This section is from the book "The National Capitol. Its Architecture Art And History", by George C. Hazelton, Jr. Also available from Amazon: The National Capitol Its Architecture Art and History.
Perhaps no ceremony connected with the history of the Capitol has been more splendid than that in honor of Admiral George Dewey, October 3, 1899, when Congress honored the hero of -Manila with a sword, presented in the presence of official, military and civic Washington by President McKinley, upon a platform raised for the occasion on the east front of the building. It was a glorious day—all blue and gold. The Admiral had just returned to his native land, and his victories were deep in the hearts of the people. The President recognized that it was Dewey's day, and conceded the wild enthusiasm during the ride to the Capitol and the cheering of the populace gathered on the plaza to the great sea-captain. Upon their arrival, the President proceeded to the room in the Senate wing set apart for the Executive. The Admiral was received in the Vice-President's room. Thence, at the time appointed, the Commander-in-chief and the Admiral walked arm-in-arm to the east front, where their presence was greeted by a sea of faces and a deafening cheer from the multitude. The Admiral seemed reassured as his eye caught sight of his own " blue jackets "—" the men behind the guns "—for whom places had been set apart upon the steps of the Senate wing, and who made the campus ring with their cheers as their Admiral came into view. Neither the President, nor Sampson, nor Schley, nor Miles that day could take the lustre from the hero of Manila. As they came upon the stand, the President gracefully forced Dewey to the front, who acknowledged modestly the plaudits of his admiring countrymen. The President and the Admiral then sat side by side in the face of the multitude during the simple but impressive ceremonies which followed.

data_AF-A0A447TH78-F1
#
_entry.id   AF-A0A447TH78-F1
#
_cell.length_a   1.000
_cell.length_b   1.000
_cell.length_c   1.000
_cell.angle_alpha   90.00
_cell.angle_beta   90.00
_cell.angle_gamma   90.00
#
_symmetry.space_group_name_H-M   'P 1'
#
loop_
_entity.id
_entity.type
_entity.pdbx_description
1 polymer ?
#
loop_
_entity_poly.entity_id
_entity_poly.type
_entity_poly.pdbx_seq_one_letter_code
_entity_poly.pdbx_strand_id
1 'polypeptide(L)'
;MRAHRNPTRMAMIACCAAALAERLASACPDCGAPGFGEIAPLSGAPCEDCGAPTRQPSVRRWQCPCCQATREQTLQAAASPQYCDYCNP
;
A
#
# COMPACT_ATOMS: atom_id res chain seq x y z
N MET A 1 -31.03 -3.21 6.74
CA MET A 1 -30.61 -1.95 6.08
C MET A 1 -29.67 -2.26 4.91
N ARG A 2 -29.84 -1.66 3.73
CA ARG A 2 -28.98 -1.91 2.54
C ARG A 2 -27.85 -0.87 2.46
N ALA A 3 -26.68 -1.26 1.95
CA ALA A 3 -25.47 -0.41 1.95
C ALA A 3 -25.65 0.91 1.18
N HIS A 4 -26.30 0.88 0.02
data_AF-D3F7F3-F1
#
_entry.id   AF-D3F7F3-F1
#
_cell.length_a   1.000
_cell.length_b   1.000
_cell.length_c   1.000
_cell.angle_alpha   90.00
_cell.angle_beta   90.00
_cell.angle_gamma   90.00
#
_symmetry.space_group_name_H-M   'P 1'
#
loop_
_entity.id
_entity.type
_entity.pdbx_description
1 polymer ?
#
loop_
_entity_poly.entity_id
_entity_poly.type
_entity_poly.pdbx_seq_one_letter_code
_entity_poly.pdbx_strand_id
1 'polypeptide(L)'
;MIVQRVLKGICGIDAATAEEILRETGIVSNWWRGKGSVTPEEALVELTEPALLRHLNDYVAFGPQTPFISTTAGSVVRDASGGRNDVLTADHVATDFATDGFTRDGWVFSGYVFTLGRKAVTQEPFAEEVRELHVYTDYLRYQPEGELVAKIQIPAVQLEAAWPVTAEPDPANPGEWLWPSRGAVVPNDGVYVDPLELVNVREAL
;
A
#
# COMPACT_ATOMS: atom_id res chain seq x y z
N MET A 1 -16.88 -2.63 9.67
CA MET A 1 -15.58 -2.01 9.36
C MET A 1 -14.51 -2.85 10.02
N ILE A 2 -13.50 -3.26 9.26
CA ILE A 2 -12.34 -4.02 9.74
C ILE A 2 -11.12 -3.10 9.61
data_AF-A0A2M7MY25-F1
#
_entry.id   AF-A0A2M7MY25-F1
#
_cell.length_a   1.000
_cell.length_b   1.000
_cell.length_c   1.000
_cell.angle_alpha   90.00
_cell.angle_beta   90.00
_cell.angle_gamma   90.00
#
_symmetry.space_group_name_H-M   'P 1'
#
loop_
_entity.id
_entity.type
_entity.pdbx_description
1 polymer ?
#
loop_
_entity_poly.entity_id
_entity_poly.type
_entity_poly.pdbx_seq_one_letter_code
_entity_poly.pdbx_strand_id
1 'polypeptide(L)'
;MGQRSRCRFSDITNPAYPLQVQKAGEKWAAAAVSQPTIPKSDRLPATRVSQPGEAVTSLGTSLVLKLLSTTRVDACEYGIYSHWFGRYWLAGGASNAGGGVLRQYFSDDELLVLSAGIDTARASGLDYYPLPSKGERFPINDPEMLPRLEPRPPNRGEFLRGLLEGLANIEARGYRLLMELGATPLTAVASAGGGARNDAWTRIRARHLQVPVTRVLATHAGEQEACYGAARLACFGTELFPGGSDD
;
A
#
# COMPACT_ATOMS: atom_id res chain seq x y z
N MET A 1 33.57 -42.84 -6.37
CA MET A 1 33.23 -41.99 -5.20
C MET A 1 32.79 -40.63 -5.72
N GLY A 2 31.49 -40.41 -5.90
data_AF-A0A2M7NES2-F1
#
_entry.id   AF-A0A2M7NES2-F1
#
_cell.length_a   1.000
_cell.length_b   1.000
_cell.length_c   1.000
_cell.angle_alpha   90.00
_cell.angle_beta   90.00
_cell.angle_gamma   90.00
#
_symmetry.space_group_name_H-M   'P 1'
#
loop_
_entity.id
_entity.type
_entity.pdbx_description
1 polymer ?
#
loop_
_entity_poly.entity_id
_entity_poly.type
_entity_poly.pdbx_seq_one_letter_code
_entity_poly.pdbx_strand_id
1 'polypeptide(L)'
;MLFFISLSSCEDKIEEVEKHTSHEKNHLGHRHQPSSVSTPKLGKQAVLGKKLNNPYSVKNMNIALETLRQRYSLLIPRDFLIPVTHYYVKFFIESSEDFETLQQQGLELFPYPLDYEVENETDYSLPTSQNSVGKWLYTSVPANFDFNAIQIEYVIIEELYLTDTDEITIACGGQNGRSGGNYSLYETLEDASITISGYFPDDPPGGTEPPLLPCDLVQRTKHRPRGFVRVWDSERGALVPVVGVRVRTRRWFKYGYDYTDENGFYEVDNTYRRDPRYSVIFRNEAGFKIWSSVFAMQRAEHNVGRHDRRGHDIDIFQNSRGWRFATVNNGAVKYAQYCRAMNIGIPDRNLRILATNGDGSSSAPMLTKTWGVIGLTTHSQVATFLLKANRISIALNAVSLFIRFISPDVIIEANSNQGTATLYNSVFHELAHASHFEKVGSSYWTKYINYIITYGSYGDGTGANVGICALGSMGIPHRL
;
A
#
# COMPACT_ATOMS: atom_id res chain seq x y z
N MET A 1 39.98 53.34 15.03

Some of the spectators say that, as the Admiral took his seat, his curiosity was so great that he eagerly raised the lid of the case containing the sword to admire its beauty; but that the applause of those about him led him to drop the cover as quickly, with the look upon his face of a schoolboy who has been caught doing the forbidden.
Secretary John D. Long delivered the address of presentation. Then, taking the beautiful jewelled gift from its rich case, he handed it to the President, in order that the sword might pass first into the Admiral's hand from the hand of his Commander-in-chief. The President said to Dewey : "There was no flaw in your victory; there will be no faltering in maintaining it." The Admiral expressed his gratitude in a few well-chosen words. He was deeply affected by the scene. Cardinal Gibbons pronounced the benediction, after which, amid the wild cheering of the spectators, the President and the Admiral reviewed the parade, led by General Miles. Carriages then took them back to the White House.
Mckinley's second inaugural.